BT 'security upgrade' causes email headaches

If your domain's not down, you're not sending mail


BT broadband customers who don't use an @btinternet.com address are being forced to jump through hoops to send email, as the national telco says it is tightening its anti-spam policies.

A change in BT's rules means individuals and businesses who use a desktop SMTP program such as Outlook or Thunderbird with their own domain name are being confronted with error number 553 when they try to send mail. SMTP error 553 is raised when a remote server rejects the mail because the sender's domain is not on its approved list.

Users started noticing the problem earlier this month, but the policy change seems to have really bitten over the Easter weekend. One frustrated Reg reader who asked to remain anonymous said today: "I use it for social and business purposes and have spent all Easter weekend trying to sort it out - I've had enough and am changing email supplier."

BT did announce the change on one of its help sites. It tells non-@btinternet email users that they need to "validate" their domain. Nevertheless, many people have been caught unawares and the process seem unnecessarily bureaucratic.

A BT spokesman said the change had not been made in response to a particular increase in spam, but that it was part of an "ongoing programme of security improvements".

He said customers who are having problems should visit this page. Confusingly, the advice on how to get your BT email working again is provided by Yahoo!, a BT consumer broadband partner.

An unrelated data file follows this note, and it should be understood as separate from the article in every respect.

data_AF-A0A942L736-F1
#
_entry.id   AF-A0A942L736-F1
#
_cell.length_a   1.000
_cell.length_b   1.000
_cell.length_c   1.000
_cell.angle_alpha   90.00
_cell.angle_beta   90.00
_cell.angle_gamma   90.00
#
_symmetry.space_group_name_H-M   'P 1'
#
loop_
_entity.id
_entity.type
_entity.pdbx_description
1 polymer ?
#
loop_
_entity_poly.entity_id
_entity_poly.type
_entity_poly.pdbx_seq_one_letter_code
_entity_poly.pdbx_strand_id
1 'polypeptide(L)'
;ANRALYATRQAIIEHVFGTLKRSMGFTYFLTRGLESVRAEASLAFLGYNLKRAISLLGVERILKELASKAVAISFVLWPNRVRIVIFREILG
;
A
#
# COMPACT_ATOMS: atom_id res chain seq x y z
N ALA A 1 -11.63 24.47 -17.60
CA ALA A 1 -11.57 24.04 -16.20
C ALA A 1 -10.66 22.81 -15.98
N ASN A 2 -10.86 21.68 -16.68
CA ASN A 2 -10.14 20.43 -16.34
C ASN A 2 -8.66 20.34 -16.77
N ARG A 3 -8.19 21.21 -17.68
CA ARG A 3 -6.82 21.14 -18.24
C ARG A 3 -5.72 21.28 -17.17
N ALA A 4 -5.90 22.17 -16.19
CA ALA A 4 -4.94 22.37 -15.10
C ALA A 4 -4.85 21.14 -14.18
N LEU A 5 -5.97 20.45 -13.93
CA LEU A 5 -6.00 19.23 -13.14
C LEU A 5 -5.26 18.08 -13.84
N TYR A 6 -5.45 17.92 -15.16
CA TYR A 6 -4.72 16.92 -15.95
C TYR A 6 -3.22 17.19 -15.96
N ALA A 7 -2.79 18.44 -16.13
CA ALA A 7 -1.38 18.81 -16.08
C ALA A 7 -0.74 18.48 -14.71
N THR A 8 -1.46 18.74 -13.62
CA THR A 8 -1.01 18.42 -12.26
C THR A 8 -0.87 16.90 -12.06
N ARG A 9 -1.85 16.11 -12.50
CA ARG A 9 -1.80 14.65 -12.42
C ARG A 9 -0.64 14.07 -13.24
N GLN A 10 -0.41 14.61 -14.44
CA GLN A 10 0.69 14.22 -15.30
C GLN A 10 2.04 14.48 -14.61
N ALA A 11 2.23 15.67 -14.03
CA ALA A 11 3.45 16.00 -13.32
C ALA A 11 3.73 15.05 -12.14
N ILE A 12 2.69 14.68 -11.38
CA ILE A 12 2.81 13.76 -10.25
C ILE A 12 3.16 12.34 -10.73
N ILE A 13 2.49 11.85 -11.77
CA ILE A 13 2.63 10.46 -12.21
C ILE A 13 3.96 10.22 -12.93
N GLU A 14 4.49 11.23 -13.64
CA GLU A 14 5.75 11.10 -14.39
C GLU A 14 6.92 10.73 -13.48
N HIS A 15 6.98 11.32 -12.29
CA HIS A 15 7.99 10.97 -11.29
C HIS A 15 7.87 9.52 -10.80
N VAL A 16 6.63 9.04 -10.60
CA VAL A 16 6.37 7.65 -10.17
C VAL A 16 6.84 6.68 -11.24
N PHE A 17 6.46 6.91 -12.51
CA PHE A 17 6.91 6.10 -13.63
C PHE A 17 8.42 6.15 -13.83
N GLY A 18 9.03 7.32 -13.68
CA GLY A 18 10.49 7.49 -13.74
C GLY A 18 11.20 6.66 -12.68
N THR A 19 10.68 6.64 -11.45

In trying to sort the validation process for his mum, blogger Phil Gyford aimed his frustrations at BT's various branding efforts. He had to log in to several sites before he could make the changes BT are demanding. He wrote: "If I'm paying for your service, a service whose helpline costs even more money, I don’t expect to be sent to a help page that requires me to guess which of your brands I have to visit, then which service I have to log in to, and then travel through three different brands before I reach a destination that bears a passing resemblance to the first instructions.

"Never mind forcing people into this tortuous branded hell purely for having the temerity of wanting to use their own email address, rather than your own branded one, in the first place." ®

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